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Hoffmann, R. A wiki for the life sciences where authorship matters. Nature Genetics (2008)
 
 
 

Abnormalities of glucose metabolism associated with atypical antipsychotic drugs.

The introduction of atypical antipsychotic drugs has provided a clear benefit for many schizophrenia patients, with less risk for the extrapyramidal side effects associated with conventional antipsychotics. However, some antipsychotics are associated with an increased risk of adverse metabolic outcomes, including weight gain, dyslipidemia, and hyperglycemia. Increases in adiposity and disturbances in glucose and lipid metabolism represent a serious health risk in a patient that may be predisposed to these metabolic conditions. The increased risk for diabetes with certain antipsychotics may be associated with the risk of treatment-induced weight gain. However, other mechanisms, including effects on central neurotransmitters and direct effects on glucose metabolism, may contribute to the development of disordered glucose metabolism. The purpose of this article is to review the association between antipsychotic medications and obesity, insulin resistance, and diabetes, including the mechanisms through which these changes might be effected.[1]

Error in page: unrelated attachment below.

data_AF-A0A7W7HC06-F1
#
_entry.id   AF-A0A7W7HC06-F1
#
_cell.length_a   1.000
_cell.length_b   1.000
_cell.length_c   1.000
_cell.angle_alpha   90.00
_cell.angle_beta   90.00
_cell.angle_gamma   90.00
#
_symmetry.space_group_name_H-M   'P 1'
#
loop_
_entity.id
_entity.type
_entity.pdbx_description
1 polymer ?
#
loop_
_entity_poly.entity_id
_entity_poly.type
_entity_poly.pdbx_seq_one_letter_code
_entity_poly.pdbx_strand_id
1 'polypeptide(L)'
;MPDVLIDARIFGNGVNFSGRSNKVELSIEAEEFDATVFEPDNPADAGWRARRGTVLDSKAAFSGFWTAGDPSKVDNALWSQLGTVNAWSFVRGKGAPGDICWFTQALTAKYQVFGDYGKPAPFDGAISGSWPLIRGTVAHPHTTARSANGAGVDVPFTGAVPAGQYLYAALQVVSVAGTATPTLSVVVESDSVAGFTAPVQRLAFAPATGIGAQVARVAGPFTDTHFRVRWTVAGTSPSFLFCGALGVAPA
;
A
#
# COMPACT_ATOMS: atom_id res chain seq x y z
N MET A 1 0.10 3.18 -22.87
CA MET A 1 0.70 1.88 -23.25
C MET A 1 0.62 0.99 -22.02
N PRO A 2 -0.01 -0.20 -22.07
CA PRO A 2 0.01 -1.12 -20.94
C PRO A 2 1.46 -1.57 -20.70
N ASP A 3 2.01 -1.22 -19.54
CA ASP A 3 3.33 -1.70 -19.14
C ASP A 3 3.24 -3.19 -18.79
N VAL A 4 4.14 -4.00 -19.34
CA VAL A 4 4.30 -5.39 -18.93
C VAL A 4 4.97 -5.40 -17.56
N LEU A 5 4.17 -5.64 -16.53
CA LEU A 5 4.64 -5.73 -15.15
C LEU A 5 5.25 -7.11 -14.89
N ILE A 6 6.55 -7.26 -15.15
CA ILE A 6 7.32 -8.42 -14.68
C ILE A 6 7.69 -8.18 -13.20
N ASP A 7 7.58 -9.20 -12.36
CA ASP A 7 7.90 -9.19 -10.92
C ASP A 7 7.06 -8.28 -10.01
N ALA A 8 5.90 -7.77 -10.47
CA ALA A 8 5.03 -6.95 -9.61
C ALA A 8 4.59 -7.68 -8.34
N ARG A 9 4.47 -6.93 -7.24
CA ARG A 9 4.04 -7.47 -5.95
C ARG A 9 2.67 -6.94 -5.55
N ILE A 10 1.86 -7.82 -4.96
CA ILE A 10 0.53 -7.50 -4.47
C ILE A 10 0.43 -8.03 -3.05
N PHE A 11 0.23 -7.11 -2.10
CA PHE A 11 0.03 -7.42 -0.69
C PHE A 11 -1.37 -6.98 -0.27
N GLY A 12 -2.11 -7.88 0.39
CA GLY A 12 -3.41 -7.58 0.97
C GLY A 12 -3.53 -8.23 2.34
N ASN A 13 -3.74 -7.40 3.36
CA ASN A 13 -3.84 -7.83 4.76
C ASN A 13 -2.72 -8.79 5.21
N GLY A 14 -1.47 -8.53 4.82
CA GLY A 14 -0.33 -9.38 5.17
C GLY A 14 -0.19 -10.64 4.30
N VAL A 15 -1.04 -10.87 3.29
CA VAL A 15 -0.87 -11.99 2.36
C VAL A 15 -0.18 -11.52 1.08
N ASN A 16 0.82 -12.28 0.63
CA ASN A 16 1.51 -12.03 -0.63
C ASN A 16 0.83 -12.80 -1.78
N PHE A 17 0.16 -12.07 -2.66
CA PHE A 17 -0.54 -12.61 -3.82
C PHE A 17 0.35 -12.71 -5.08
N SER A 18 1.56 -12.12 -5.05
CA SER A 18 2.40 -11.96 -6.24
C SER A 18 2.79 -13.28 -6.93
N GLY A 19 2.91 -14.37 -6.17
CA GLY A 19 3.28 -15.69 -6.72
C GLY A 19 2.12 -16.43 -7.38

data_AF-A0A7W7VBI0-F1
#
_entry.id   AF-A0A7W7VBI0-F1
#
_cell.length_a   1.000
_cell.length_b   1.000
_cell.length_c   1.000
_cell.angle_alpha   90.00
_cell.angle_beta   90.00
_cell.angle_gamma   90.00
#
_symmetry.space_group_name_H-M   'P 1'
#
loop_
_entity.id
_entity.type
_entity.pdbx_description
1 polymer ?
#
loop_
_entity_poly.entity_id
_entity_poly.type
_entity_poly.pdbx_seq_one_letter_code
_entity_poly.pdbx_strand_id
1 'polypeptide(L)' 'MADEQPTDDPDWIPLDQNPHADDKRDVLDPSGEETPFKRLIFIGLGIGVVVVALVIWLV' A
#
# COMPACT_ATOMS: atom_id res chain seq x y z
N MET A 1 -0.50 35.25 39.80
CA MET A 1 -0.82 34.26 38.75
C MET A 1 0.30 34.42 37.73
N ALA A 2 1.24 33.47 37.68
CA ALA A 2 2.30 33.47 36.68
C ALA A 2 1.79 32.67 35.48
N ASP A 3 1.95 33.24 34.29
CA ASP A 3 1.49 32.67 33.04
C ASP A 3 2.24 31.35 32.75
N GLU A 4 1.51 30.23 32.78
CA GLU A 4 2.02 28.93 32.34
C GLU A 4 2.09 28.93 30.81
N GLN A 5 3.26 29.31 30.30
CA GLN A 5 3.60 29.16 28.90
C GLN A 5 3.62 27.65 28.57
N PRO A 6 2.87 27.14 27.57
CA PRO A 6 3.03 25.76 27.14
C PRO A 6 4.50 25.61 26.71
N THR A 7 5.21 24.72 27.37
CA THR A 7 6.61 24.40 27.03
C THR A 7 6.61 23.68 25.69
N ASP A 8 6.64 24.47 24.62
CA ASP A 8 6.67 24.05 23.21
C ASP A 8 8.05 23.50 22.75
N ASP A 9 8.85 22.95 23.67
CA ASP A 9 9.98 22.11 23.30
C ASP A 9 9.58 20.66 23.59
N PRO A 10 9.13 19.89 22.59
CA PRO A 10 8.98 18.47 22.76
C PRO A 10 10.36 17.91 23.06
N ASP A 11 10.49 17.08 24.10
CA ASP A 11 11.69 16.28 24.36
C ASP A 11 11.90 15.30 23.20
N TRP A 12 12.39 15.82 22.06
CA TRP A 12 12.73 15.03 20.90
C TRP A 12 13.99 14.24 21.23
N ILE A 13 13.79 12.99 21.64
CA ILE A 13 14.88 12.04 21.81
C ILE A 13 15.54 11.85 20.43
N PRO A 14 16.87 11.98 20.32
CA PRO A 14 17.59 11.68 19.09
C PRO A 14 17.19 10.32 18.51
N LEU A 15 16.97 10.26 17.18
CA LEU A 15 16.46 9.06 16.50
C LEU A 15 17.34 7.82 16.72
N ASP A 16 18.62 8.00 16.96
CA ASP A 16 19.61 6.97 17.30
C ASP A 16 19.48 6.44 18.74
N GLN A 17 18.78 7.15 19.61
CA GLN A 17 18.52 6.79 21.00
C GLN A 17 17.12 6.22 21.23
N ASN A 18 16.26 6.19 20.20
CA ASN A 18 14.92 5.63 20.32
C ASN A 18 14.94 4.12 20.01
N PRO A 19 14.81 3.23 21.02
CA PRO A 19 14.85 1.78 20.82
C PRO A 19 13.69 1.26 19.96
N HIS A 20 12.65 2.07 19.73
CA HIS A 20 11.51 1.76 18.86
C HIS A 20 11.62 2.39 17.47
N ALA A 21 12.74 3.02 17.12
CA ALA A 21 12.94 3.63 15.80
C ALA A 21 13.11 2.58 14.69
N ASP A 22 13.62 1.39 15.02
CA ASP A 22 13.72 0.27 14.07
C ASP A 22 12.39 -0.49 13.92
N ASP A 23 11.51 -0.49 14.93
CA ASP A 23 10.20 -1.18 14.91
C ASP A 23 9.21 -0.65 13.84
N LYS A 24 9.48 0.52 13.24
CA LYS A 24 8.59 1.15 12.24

References

  1. Abnormalities of glucose metabolism associated with atypical antipsychotic drugs. Newcomer, J.W. The Journal of clinical psychiatry. (2004) [Pubmed]
 
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